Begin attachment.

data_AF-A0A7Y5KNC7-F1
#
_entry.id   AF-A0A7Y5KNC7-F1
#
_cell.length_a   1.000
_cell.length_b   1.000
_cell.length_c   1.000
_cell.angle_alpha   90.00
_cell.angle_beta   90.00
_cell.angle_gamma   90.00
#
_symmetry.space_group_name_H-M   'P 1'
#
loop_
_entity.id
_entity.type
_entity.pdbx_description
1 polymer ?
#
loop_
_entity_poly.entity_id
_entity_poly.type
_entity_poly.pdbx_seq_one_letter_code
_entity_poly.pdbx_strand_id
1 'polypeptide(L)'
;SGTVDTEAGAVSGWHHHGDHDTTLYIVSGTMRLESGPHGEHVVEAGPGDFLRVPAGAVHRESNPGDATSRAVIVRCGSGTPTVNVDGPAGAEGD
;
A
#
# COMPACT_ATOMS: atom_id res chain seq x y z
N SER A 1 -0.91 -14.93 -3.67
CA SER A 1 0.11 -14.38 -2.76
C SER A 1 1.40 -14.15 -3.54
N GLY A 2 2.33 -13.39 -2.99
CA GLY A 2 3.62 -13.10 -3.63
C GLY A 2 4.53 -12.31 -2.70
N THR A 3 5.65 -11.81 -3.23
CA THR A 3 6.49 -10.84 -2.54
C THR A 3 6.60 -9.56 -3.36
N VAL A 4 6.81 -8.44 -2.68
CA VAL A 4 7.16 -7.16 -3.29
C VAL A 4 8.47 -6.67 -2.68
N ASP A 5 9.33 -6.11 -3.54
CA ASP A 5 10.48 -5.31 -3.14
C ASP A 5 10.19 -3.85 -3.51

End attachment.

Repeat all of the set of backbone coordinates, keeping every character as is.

data_AF-A0A7Y5KNC7-F1
#
_entry.id   AF-A0A7Y5KNC7-F1
#
_cell.length_a   1.000
_cell.length_b   1.000
_cell.length_c   1.000
_cell.angle_alpha   90.00
_cell.angle_beta   90.00
_cell.angle_gamma   90.00
#
_symmetry.space_group_name_H-M   'P 1'
#
loop_
_entity.id
_entity.type
_entity.pdbx_description
1 polymer ?
#
loop_
_entity_poly.entity_id
_entity_poly.type
_entity_poly.pdbx_seq_one_letter_code
_entity_poly.pdbx_strand_id
1 'polypeptide(L)'
;SGTVDTEAGAVSGWHHHGDHDTTLYIVSGTMRLESGPHGEHVVEAGPGDFLRVPAGAVHRESNPGDATSRAVIVRCGSGTPTVNVDGPAGAEGD
;
A
#
# COMPACT_ATOMS: atom_id res chain seq x y z
N SER A 1 -0.91 -14.93 -3.67
CA SER A 1 0.11 -14.38 -2.76
C SER A 1 1.40 -14.15 -3.54
N GLY A 2 2.33 -13.39 -2.99
CA GLY A 2 3.62 -13.10 -3.63
C GLY A 2 4.53 -12.31 -2.70
N THR A 3 5.65 -11.81 -3.23
CA THR A 3 6.49 -10.84 -2.54
C THR A 3 6.60 -9.56 -3.36
N VAL A 4 6.81 -8.44 -2.68
CA VAL A 4 7.16 -7.16 -3.29
C VAL A 4 8.47 -6.67 -2.68
N ASP A 5 9.33 -6.11 -3.54
CA ASP A 5 10.48 -5.31 -3.14
C ASP A 5 10.19 -3.85 -3.51